The objective of the Burlingame Historical Preservation Society, Inc. will be to preserve and maintain the Burlingame area history, oral and written, buildings, Santa Fe Avenue, historical sites and artifacts, and make it available to the public to further their education and knowledge of the Burlingame community and its history.
It was the spring of 2001 when the Schuyler Elementary School was vacated due to the scheduled Fall opening of the newly completed elementary school. Schuyler School was built in 1902 on the site of the first Osage County courthouse and had served as the Burlingame community’s elementary school for nearly a century.
Seven individuals shared a common concern for the future of the historic school and clearly wanted it to remain intact. So it was that Kurt Kessinger, Kathy Kraus, Karen Smart, Carolyn Strohm, Mitzi Patterson, Sheila Curtis and Dennis Klumpe came together to form the non-profit organization known as the Burlingame Historical Preservation Society (BHPS). Their vision was to preserve and celebrate the history of Burlingame and surrounding area by transforming Schuyler school into a free museum and repository for artifacts and local history.
This was the beginning of the journey, and over the course of the next year, the non-profit organization was established, money was donated, the building was purchased, repairs and minor renovations were completed, artifacts were received and a membership drive was launched. Many individuals and businesses eagerly donated their expertise and many hours of time to accomplish the necessary tasks. The Burlingame Schuyler Museum’s Grand Opening was celebrated on June 22, 2002 with two modest rooms of displays.
Soon a research room was established in the museum and continues to grow. Resources include most of the Osage County tax assessment records for 1872 to 1930, criminal record index, cemetery interments, county marriage index, high school yearbooks, funeral service folders, contributed family histories and an obituary collection. A vertical file of various topics and individuals is also available, as well as some church and organization records and publications on the history of the area and county. Although not for general public use because of age, bound volumes of old Burlingame newspapers have been loaned by Kathy Kessinger and the current owners of the Osage County Herald-Chronicle, Chris and Amy Faimon. Email requests and personal visits from researchers from several states have been received. It is such a joy to meet and assist visitors whose names of interest are those that have long since disappeared from the community. Even Anson Burlingame’s relatives have contacted us and visited.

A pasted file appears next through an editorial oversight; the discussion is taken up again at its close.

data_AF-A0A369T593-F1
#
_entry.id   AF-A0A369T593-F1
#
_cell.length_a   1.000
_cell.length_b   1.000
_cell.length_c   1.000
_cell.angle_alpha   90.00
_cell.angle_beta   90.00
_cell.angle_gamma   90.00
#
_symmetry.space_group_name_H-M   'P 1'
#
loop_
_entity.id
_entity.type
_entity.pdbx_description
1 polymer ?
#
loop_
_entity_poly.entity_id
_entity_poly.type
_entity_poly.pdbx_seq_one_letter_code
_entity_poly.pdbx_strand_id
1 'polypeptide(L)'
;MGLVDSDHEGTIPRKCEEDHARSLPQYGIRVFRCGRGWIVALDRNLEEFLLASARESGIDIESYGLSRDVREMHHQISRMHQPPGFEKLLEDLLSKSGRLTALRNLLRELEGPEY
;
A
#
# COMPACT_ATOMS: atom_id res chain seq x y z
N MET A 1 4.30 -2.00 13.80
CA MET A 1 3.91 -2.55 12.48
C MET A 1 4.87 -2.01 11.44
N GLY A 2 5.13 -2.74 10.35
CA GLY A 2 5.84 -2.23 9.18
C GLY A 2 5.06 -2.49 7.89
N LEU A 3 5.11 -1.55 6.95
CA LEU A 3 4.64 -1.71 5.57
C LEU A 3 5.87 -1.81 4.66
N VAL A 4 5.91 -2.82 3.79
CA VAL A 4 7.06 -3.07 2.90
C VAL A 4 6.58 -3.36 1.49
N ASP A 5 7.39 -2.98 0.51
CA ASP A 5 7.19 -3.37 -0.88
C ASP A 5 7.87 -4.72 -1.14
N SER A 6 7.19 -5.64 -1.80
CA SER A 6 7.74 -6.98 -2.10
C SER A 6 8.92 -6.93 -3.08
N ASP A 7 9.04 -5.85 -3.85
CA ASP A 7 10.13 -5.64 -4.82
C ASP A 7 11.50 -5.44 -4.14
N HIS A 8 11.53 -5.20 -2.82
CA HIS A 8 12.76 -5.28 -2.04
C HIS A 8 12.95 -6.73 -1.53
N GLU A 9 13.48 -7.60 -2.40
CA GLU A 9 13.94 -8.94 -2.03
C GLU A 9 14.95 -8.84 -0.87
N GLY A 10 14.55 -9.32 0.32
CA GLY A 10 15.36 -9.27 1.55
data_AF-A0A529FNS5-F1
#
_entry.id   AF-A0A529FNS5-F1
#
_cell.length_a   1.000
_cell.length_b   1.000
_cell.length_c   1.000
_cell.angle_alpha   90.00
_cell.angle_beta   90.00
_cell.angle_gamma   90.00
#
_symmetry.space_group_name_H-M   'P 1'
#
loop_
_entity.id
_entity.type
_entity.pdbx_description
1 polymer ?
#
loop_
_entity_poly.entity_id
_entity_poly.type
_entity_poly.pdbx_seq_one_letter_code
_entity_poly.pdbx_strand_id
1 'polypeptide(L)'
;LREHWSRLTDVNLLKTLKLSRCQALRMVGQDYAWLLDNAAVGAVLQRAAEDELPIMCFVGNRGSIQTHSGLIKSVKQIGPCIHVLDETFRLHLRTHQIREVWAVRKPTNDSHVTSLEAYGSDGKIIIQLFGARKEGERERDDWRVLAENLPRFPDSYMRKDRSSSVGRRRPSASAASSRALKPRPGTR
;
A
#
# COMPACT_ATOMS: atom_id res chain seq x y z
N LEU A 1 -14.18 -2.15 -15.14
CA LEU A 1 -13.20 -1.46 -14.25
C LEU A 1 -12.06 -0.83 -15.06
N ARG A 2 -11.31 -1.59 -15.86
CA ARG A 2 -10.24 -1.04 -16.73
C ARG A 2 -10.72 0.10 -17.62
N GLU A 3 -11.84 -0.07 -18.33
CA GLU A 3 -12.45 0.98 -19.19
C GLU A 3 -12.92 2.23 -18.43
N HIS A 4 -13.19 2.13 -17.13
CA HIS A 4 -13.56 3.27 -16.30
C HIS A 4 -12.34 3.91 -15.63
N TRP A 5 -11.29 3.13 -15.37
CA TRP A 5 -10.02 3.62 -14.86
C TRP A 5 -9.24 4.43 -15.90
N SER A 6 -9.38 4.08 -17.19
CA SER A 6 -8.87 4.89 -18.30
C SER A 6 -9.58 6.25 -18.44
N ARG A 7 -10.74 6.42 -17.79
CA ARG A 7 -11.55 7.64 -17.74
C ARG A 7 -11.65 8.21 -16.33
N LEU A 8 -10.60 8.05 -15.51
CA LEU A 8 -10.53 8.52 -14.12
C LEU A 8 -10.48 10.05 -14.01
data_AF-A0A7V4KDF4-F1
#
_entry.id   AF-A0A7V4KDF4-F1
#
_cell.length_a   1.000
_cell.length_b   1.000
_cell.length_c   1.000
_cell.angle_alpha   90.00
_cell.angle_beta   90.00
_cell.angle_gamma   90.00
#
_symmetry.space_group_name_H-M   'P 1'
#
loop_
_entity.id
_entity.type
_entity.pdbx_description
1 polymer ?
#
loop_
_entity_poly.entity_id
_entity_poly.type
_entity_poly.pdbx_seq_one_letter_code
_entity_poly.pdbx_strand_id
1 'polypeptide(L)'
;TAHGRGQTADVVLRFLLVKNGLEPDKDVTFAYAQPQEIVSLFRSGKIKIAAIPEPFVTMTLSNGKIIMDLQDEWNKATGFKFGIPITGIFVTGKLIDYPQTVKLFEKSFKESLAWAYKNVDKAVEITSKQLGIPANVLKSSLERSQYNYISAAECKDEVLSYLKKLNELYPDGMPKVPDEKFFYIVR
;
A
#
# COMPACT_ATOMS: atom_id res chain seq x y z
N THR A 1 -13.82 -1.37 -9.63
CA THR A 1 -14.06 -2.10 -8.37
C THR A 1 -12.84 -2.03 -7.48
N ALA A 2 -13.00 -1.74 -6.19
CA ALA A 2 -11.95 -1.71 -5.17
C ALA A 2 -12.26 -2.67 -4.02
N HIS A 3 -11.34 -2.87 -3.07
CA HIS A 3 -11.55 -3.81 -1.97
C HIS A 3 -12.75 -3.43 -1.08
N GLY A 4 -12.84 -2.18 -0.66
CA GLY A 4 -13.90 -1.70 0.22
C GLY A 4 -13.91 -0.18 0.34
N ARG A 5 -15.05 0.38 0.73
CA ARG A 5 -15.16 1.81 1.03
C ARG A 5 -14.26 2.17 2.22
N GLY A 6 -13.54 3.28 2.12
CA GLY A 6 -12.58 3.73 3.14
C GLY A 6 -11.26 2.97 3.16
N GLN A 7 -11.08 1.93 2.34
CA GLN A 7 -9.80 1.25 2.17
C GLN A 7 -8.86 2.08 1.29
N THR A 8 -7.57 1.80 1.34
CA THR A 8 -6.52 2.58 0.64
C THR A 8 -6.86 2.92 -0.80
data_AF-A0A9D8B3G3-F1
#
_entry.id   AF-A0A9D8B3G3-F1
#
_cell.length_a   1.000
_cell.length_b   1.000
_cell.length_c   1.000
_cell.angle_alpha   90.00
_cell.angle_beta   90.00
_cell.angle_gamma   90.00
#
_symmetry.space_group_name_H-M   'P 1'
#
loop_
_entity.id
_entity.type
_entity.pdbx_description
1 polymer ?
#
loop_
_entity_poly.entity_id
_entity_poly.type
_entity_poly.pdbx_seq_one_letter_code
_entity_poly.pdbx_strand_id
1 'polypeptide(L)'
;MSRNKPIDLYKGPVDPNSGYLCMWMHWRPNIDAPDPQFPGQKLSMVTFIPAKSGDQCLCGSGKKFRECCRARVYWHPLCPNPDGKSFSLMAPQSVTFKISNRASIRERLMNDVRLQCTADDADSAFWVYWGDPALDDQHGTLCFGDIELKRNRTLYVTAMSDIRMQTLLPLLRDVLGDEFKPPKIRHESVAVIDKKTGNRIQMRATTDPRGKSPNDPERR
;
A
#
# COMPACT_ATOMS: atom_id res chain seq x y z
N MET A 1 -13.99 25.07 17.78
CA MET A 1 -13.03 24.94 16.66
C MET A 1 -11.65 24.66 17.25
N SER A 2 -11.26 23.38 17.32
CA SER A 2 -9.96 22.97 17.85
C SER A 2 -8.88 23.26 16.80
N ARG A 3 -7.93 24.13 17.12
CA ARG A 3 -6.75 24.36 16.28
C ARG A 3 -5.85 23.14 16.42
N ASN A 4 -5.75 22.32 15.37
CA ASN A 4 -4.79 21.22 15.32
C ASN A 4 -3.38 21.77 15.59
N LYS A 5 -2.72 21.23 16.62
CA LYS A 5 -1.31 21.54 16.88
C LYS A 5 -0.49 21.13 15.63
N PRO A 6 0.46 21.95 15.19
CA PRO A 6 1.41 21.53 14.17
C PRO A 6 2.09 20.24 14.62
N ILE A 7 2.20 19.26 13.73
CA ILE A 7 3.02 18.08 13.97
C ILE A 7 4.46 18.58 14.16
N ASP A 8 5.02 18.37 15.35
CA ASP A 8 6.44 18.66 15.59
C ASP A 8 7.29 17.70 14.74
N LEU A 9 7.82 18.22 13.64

Today the museum consists of eight overflowing display rooms. Artifacts are added on a regular basis and some displays are rotated. Class composite photographs beginning in the 1940’s line the central hallway. Local photos taken by Allen Community College photography students are displayed each semester. One classroom houses an extensive military memorabilia exhibit. A restored 1938 fire engine truck is on loan from the Burlingame Fire Department, displayed along with other fire department items in another exhibit room. Native American artifacts, including the extensive arrowhead collection of Robert “Swede” and Shirley Masters are on exhibit. Other displays include items from Dr. Fred Schenck’s office and Patterson’s grocery store. A bed and other personal items belonging to long-time elementary teacher Miss Pearl White has found a nook. A selection of household items, furniture, toys, photos, grange history and farming related items, coal mining relics and school related memorabilia also contribute their part in revealing our local history.
Car clubs, care homes, day travel groups and individuals, former residents, descendants of former residents and school groups are among those who have scheduled reservations to visit the museum. Travelers have come from nearly all 50 states, many areas of Kansas and several foreign countries to visit.
BHPS proudly supports and participates in the community’s annual events in the spring and winter and was instrumental in coordinating the 150th anniversary celebration of Burlingame in 2004.
Beyond the community’s annual events, we have strived to become an important asset and leader in the community and provide educational opportunities in addition to the history the museum itself provides. Our presence and events bring into the community visitors who would not otherwise come and many who spend a few dollars within the community while here.